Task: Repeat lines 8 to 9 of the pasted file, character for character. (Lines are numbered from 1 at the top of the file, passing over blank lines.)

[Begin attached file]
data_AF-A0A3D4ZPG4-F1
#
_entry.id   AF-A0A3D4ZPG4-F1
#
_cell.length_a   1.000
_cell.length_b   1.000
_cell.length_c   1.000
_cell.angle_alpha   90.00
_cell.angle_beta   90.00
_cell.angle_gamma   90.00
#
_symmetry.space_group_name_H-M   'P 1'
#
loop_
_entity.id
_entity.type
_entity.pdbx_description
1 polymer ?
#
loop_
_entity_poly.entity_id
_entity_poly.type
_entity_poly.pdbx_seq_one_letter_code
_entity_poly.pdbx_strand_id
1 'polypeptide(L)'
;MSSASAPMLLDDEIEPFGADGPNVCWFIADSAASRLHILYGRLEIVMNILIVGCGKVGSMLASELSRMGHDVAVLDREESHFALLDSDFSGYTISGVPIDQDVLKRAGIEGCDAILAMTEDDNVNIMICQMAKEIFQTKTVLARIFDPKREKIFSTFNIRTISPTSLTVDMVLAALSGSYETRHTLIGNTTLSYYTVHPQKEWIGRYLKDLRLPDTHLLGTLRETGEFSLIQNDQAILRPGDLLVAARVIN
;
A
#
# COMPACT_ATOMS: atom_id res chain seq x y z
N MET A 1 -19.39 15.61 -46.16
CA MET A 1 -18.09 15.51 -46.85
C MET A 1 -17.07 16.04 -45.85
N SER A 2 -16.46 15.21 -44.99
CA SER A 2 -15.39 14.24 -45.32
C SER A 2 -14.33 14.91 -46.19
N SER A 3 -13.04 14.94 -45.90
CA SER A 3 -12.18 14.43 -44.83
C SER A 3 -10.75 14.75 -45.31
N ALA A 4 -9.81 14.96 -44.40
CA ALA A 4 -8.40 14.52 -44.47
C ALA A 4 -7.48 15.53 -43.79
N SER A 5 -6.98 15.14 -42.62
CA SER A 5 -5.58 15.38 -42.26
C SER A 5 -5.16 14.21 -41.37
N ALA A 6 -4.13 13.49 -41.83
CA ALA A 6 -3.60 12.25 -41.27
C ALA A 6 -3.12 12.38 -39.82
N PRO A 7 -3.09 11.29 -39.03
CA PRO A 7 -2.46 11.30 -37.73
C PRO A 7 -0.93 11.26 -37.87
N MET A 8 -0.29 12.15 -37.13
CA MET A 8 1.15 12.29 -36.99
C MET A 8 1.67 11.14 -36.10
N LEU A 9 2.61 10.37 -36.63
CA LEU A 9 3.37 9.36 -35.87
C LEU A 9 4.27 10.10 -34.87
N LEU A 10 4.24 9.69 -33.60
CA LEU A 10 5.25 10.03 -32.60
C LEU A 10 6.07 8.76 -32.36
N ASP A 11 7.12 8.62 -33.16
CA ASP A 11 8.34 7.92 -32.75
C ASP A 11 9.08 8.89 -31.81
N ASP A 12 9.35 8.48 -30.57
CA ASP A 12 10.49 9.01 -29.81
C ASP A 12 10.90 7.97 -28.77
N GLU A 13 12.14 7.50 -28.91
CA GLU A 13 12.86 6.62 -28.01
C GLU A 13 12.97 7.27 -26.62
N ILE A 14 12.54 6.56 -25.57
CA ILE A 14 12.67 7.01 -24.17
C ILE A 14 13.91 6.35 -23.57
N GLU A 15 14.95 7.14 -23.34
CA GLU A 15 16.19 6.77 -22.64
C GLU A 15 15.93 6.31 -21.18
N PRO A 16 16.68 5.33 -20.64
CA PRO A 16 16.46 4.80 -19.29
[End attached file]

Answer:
_cell.angle_alpha   90.00
_cell.angle_beta   90.00